By Shrenik Mutha
The last Saturday has marked a day of fear for me. A day of experiencing the wrath of moral policing, the despair and helplessness coupled with fear that grips us in those moments.
I had wanted to spend time with a friend, sit and read poems. And as usual, cities have no such spaces to offer, definitely not without having to pay money for them. After much thinking as to where we could go, she asked her cousin if we could go to the terrace. This building is Shreenidhi apartments opposite Siddhi Apartments in the Ashish Garden area in Kothrud, Pune.
And off we were, the sun shone after a few days, it was around 2.30 in the afternoon. It started drizzling slightly and hence, we just decided the terrace. The drizzle increased and the only way to still be able to sit was the room sort of a structure we saw above. Open and accessible, with a wire mesh on one side, this could be opened and shut. We went and sat in, it was quite dusty.
We barely managed to sit for two minutes and there were noises, a man on the gate who shut the gate and locked us in from the outside and started abusing-“I know you’ll are here to have sex. Is this how a man behaves-sitting in a room with two women?” This man had a white long-ish beard, an orange ‘U’ tika on his face.
My friend started arguing, asking him what had we done, we were just sitting and had barely come in two minutes ago. The intensity of his abuses increased, his words more gross, the patriarchy completely visible. Prerna (name changed, identity of religion stays same) asked him, “is this what your sanskruti really teaches you? To talk to someone your children’s age, like this?” He answered back with, “How dare you talk to me like that. Someone, call 100.” We said, “please do. Call 100.”
We were let out, with a bit of pushing from the inside which went in the opening the gate. The arguing continued, the adhyaksha bai (chair-woman) was called on the terrace and her coming brought different spirit to the group. By now, there already was a group of 20 to 25 people. The arguing continued, while I tried to think of ways to get out of this. By the time I could even process something, the right side of my face was shaken; it took a few seconds to feel the pain the slap left. The same hand hit again. And more people joined in. By now, I could already taste blood. I touched the base of my nose and realised I had blood leaking from my nose.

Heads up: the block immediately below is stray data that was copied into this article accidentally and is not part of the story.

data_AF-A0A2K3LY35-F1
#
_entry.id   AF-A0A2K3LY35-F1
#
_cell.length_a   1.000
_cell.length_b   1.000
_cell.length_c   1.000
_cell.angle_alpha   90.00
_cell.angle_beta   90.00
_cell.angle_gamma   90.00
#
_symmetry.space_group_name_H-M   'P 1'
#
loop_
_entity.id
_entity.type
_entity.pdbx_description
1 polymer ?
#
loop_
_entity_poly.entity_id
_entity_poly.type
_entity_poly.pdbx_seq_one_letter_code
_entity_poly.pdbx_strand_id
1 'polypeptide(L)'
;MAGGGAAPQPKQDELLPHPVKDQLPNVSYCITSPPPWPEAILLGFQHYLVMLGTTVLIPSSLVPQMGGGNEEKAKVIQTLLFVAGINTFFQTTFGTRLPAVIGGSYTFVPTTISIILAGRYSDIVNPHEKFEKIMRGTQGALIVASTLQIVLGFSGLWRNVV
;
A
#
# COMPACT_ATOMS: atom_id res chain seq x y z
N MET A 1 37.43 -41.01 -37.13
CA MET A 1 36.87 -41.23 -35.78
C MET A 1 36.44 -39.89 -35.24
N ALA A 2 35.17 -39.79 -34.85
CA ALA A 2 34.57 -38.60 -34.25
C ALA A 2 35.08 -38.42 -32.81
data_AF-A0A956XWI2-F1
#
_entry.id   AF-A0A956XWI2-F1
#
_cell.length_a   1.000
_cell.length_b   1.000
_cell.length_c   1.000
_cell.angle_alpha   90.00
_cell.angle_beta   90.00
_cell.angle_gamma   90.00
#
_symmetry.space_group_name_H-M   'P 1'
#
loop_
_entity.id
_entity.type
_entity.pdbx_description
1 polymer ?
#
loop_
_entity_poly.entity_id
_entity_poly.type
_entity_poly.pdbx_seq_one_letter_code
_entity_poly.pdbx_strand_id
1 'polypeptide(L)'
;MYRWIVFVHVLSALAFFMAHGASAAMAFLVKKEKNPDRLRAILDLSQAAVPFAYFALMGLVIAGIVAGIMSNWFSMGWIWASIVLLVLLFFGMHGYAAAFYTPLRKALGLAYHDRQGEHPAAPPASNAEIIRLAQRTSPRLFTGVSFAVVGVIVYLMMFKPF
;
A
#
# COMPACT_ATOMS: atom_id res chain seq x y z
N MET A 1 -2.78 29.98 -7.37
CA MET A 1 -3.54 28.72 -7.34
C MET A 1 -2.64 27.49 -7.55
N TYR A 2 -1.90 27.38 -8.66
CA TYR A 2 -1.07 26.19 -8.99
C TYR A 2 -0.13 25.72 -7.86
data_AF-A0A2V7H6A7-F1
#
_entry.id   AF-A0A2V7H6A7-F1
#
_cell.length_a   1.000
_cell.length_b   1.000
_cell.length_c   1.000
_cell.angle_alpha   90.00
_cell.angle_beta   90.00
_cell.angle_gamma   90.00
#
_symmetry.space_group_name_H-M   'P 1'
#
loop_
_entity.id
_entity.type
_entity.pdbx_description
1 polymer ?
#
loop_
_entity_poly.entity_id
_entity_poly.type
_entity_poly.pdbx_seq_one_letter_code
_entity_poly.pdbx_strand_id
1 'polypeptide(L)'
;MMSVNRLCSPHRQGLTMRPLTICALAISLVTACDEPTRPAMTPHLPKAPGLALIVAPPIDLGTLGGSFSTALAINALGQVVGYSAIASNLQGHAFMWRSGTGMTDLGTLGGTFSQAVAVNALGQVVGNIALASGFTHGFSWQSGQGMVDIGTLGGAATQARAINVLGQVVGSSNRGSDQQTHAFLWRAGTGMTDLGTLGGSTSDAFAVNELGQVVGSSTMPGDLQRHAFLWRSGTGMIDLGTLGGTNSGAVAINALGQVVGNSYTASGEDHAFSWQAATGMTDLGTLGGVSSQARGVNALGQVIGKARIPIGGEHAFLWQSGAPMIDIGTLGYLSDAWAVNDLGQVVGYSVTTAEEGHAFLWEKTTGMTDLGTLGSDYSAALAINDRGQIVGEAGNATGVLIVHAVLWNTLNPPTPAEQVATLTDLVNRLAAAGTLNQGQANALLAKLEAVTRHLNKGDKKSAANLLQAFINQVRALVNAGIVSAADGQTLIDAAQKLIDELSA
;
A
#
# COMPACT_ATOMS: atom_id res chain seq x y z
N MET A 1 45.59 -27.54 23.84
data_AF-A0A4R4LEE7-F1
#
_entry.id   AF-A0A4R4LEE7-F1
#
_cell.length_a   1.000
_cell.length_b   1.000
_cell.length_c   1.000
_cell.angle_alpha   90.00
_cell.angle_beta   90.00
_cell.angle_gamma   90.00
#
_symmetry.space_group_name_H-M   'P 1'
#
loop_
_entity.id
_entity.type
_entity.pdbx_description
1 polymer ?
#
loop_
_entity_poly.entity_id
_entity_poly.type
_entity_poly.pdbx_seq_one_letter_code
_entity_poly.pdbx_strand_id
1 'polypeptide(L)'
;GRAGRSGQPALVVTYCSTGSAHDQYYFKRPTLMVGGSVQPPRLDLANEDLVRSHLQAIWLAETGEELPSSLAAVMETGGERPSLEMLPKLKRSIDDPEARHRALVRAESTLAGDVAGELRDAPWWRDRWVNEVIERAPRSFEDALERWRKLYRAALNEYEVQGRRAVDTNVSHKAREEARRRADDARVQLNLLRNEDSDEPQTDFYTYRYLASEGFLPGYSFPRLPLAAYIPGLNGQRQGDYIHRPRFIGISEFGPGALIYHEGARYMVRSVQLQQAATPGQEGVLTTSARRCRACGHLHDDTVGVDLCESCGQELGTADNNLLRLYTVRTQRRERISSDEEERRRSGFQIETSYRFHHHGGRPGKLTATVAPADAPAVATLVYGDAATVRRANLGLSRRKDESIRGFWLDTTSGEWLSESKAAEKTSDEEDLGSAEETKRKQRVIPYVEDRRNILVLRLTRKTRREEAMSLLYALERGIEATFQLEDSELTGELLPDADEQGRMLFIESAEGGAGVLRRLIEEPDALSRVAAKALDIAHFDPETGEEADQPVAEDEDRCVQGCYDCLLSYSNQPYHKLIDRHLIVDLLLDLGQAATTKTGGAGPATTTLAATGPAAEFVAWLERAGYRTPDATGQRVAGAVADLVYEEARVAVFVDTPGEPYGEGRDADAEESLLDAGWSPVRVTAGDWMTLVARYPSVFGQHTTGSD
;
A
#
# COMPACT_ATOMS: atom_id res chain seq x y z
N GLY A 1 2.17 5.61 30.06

Prerna and her cousin, Jyoti (name changed)-who lives in the building- got angry and started arguing with everyone, then pleading to ask them to stop beating me. Until then, the women told them, “It is because you are arguing that he is getting beaten up.” I heard that and lost it but fear found me again. In those moments, I lost courage; fear engulfed me while anger was still breathing inside.
We had to somehow get out of there. A middle aged woman came and held onto Prerna, while trying to prove her point-why sit with a boy in a room? She ended up tearing her shirt sleeves. I realised we had to get out soon. The slaps and punches continued and I could not even argue or abuse or fight. I just kept quiet, taking it all, pleading as though we had committed a wrong. But what wrong was it, to go and sit in a room on a terrace?
This fear has found a place inside. A friend hugged me on the road outside college and my immediate reflex was, is there anyone around? I cannot live with this fear. I want to get this out. If we cannot be safe in our own buildings, where else would we find safety? Maybe, the idea of safety itself is a farce in these days. It is exactly living in a patriarchal culture, one which does not allow men and women to have friendships, their relationships need to be sexual. It is this denial which I want to fight. Do these people really not have friendships with people of the other gender, those who accused us? If not, then I pity them.
A non-cognisable offence has been filed at the Kothrud police stations. Police procedures will start soon. But, even as that happens, I know they will get away with it. They have only been charged with offences, all which are non-cognizable and bail able, specifically section 323 (punishment for voluntarily causing hurt) and 504 (intentional insult) of the Indian Penal Code (IPC).
These ‘self-appointed custodians’ of morality openly beat up people; due to the fact that they know they can get away with it. But they cannot. Even if we were engaging in any ‘anti-social’ act, even if we were having sex, as they accused us of intending to do, who has given these people the right to be violent? Call the police. Follow the law.
This is what I propose, to each one of them present, those who abated the act: How about a ‘chai pe charcha on the terrace?’
(Shrenik Mutha is a student of Law at the ILS Law College,Pune)